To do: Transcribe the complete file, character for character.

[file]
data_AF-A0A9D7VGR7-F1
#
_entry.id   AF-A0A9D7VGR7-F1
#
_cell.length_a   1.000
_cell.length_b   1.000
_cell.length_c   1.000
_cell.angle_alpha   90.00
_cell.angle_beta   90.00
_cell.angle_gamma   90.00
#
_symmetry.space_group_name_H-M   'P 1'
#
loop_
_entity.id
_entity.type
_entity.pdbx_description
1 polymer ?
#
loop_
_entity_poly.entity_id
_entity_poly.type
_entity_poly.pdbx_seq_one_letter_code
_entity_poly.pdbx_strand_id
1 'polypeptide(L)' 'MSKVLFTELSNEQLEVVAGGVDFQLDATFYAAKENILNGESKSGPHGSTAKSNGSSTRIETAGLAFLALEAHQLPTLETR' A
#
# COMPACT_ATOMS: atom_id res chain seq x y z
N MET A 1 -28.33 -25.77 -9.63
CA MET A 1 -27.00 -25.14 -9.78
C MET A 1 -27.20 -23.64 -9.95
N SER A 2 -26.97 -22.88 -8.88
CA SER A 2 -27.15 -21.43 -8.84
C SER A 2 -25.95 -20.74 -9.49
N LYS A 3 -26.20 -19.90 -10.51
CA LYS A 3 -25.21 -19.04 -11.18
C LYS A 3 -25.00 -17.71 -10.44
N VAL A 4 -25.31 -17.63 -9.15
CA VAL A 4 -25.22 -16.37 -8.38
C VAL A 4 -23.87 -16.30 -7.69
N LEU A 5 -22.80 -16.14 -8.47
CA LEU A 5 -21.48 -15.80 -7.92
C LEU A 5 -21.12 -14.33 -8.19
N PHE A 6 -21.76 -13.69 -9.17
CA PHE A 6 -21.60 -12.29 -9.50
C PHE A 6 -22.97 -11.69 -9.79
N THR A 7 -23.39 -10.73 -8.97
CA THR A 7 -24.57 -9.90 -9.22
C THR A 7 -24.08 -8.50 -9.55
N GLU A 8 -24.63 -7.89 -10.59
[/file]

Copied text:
data_AF-A0A9D7VGR7-F1
#
_entry.id   AF-A0A9D7VGR7-F1
#
_cell.length_a   1.000
_cell.length_b   1.000
_cell.length_c   1.000
_cell.angle_alpha   90.00
_cell.angle_beta   90.00
_cell.angle_gamma   90.00
#
_symmetry.space_group_name_H-M   'P 1'
#
loop_
_entity.id
_entity.type
_entity.pdbx_description
1 polymer ?
#
loop_
_entity_poly.entity_id
_entity_poly.type
_entity_poly.pdbx_seq_one_letter_code
_entity_poly.pdbx_strand_id
1 'polypeptide(L)' 'MSKVLFTELSNEQLEVVAGGVDFQLDATFYAAKENILNGESKSGPHGSTAKSNGSSTRIETAGLAFLALEAHQLPTLETR' A
#
# COMPACT_ATOMS: atom_id res chain seq x y z
N MET A 1 -28.33 -25.77 -9.63
CA MET A 1 -27.00 -25.14 -9.78
C MET A 1 -27.20 -23.64 -9.95
N SER A 2 -26.97 -22.88 -8.88
CA SER A 2 -27.15 -21.43 -8.84
C SER A 2 -25.95 -20.74 -9.49
N LYS A 3 -26.20 -19.90 -10.51
CA LYS A 3 -25.21 -19.04 -11.18
C LYS A 3 -25.00 -17.71 -10.44
N VAL A 4 -25.31 -17.63 -9.15
CA VAL A 4 -25.22 -16.37 -8.38
C VAL A 4 -23.87 -16.30 -7.69
N LEU A 5 -22.80 -16.14 -8.47
CA LEU A 5 -21.48 -15.80 -7.92
C LEU A 5 -21.12 -14.33 -8.19
N PHE A 6 -21.76 -13.69 -9.17
CA PHE A 6 -21.60 -12.29 -9.50
C PHE A 6 -22.97 -11.69 -9.79
N THR A 7 -23.39 -10.73 -8.97
CA THR A 7 -24.57 -9.90 -9.22
C THR A 7 -24.08 -8.50 -9.55
N GLU A 8 -24.63 -7.89 -10.59